Navigation Links
The Oral Cancer Foundation Issues First Research Grants
Date:11/20/2007

NEWPORT BEACH, Calif., Nov. 20 /PRNewswire/ -- The Oral Cancer Foundation announced today that three researchers working in areas of early oral cancer detection would be the foundation's first grant recipients.

The grants, which were made as an ongoing commitment to each researcher, were awarded to Dr. Maura Gillison of Johns Hopkins School of Medicine, Dr. David Wong of the University of California at Los Angeles, and Dr. Ann Gillenwater of the University of Texas MD Anderson Cancer Center.

"We are supporting research that moves our early discovery agenda forward," the foundation's executive director Brian Hill said. "Early detection is our first front in reducing the death rate from oral cancer, and we believe these research programs all will have a huge impact on how and when people are diagnosed with the disease. Early detection and staging is directly correlated to better long-term outcomes for patients."

The disease affects more than 34,000 Americans each year, and more than 8,000 will die from it annually. At the present time two-thirds of cases are caught in the cancer's later stages when prognosis is poor. At 5 years from diagnosis survival for all stages combined is approximately 50%. While other cancers have seen a decline in incidence and death, occurrence of oral and oropharyngeal cancers have increased in recent years, 11% in 2007 alone.

"Public awareness of the disease is low, and screening models used incorrectly or inconsistently are largely to blame for the high death rate," Hill said. "We could be doing a better job of early discovery. Patients need to know that an annual screening is inexpensive, painless, and takes only five minutes. But the lack of awareness-in both the health care community and the public's-of the newly defined viral etiology of oral cancer is now also to blame."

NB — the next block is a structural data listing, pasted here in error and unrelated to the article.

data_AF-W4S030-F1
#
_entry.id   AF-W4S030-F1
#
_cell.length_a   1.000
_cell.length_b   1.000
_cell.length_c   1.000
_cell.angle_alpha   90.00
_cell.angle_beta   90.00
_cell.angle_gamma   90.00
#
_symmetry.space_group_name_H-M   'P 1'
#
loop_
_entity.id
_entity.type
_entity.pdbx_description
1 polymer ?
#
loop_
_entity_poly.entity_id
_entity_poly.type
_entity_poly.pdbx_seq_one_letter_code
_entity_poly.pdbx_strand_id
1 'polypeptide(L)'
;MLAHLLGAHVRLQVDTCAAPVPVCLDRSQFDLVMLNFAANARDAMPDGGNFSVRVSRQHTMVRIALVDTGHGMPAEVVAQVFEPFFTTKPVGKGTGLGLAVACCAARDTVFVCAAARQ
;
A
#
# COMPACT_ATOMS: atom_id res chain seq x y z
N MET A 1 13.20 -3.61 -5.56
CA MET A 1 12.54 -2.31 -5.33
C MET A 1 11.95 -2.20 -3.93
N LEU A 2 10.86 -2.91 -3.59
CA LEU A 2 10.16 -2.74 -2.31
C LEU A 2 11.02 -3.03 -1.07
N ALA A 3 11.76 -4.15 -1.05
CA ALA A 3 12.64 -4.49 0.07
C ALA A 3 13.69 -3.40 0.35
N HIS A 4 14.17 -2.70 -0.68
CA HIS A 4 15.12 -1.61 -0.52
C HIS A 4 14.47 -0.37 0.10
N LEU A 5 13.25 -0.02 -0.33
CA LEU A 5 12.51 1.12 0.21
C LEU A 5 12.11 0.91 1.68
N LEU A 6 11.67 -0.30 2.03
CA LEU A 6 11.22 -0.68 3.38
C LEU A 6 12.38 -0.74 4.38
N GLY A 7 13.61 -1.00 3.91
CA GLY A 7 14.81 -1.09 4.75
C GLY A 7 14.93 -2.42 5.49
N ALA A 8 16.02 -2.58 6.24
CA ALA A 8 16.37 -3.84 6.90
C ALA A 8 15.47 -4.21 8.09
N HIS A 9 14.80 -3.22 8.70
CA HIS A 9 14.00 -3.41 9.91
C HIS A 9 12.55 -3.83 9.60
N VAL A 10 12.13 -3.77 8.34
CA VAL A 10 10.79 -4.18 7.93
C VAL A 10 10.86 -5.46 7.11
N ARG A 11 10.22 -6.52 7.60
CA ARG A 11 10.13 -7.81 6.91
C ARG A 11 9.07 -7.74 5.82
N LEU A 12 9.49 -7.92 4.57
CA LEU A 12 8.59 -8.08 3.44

Oral cancer has been most usually associated with tobacco use, often in combination with alcohol consumption. However, new research over the last decade has pointed to the human papillomavirus (HPV-16), the same virus that causes the vast majority of all cervical cancers, as a significant risk factor, especially in cases affecting young non-smoking men and women.

Grant recipients.

Dr. Maura Gillison

Maura Gillison, MD, PhD, assistant professor of epidemiology of Johns Hopkins School of Medicine, merited headlines across the globe for her research on the role the HPV virus plays in the etiology of oral cancer, and without ambiguity defined the link between the two. Her work has changed the demographic norms for those previously considered at risk for the disease, and has broad implications for developing preventative measures for HPV-positive patients and treatment options for oral cancer patients with HPV-derived cancer.

Dr. David Wong

David Wong, DMD, DMSc, director of the UCLA Dental Research Institute, is a nationally recognized expert in the emerging field of salivary diagnostics. Wong's work will yield an accurate, noninvasive test for very early detection of oral cancer, and likely other high-impact systemic diseases within a few years. It is the first viable option for conducting mass public screenings for oral cancer using only a small amount of saliva and a computer chip which looks for specific biomarkers. Given the shift in etiology of oral cancer cases away from the obvious potential patient identifiers like smoking to the less easily detectable virus, Wong's research will be instrumental in identifying those most at-risk for the disease.

Dr. Ann Gillenwater

Ann M. Gillenwater, MD, associate professor, department of head and neck surgery, the University of Texas MD Anderson Cancer Center, has been part of a pioneering team in the use of tissue fluorescence as a discovery tool in oral cancers. Tissue fluorescence, in which a specific spectrum of light is used to differentiate healthy cells from those which are not, will allow the health care professional to identify more readily areas of suspect tissue that may be missed in a conventional white light visual screening. This will improve the opportunity for early diagnosis, thus improving patient outcomes.